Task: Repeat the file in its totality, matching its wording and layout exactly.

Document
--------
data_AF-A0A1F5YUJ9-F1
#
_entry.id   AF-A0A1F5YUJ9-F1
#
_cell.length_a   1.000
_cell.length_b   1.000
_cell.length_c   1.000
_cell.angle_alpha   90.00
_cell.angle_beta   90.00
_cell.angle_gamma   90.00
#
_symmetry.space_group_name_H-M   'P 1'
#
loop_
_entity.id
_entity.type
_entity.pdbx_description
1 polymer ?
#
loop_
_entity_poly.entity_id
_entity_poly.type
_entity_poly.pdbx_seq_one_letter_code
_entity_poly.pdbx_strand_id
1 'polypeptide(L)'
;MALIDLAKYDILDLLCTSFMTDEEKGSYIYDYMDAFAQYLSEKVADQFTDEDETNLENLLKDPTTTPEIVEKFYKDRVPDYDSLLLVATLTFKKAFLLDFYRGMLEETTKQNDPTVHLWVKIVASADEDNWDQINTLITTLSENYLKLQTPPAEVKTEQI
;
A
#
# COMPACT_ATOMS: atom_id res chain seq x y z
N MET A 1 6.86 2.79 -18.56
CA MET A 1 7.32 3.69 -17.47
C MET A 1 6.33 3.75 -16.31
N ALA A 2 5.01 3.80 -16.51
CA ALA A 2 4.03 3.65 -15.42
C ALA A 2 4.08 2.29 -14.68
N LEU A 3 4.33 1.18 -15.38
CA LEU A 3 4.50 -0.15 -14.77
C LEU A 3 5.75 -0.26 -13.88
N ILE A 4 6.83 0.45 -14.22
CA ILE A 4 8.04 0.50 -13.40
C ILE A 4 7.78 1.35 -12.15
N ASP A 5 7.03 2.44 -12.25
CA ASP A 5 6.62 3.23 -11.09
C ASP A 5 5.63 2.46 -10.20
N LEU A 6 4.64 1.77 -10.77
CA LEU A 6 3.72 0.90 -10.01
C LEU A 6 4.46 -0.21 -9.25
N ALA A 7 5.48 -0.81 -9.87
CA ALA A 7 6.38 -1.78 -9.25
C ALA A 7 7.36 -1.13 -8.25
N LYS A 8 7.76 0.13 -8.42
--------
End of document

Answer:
data_AF-A0A1F5YUJ9-F1
#
_entry.id   AF-A0A1F5YUJ9-F1
#
_cell.length_a   1.000
_cell.length_b   1.000
_cell.length_c   1.000
_cell.angle_alpha   90.00
_cell.angle_beta   90.00
_cell.angle_gamma   90.00
#
_symmetry.space_group_name_H-M   'P 1'
#
loop_
_entity.id
_entity.type
_entity.pdbx_description
1 polymer ?
#
loop_
_entity_poly.entity_id
_entity_poly.type
_entity_poly.pdbx_seq_one_letter_code
_entity_poly.pdbx_strand_id
1 'polypeptide(L)'
;MALIDLAKYDILDLLCTSFMTDEEKGSYIYDYMDAFAQYLSEKVADQFTDEDETNLENLLKDPTTTPEIVEKFYKDRVPDYDSLLLVATLTFKKAFLLDFYRGMLEETTKQNDPTVHLWVKIVASADEDNWDQINTLITTLSENYLKLQTPPAEVKTEQI
;
A
#
# COMPACT_ATOMS: atom_id res chain seq x y z
N MET A 1 6.86 2.79 -18.56
CA MET A 1 7.32 3.69 -17.47
C MET A 1 6.33 3.75 -16.31
N ALA A 2 5.01 3.80 -16.51
CA ALA A 2 4.03 3.65 -15.42
C ALA A 2 4.08 2.29 -14.68
N LEU A 3 4.33 1.18 -15.38
CA LEU A 3 4.50 -0.15 -14.77
C LEU A 3 5.75 -0.26 -13.88
N ILE A 4 6.83 0.45 -14.22
CA ILE A 4 8.04 0.50 -13.40
C ILE A 4 7.78 1.35 -12.15
N ASP A 5 7.03 2.44 -12.25
CA ASP A 5 6.62 3.23 -11.09
C ASP A 5 5.63 2.46 -10.20
N LEU A 6 4.64 1.77 -10.77
CA LEU A 6 3.72 0.90 -10.01
C LEU A 6 4.46 -0.21 -9.25
N ALA A 7 5.48 -0.81 -9.87
CA ALA A 7 6.38 -1.78 -9.25
C ALA A 7 7.36 -1.13 -8.25
N LYS A 8 7.76 0.13 -8.42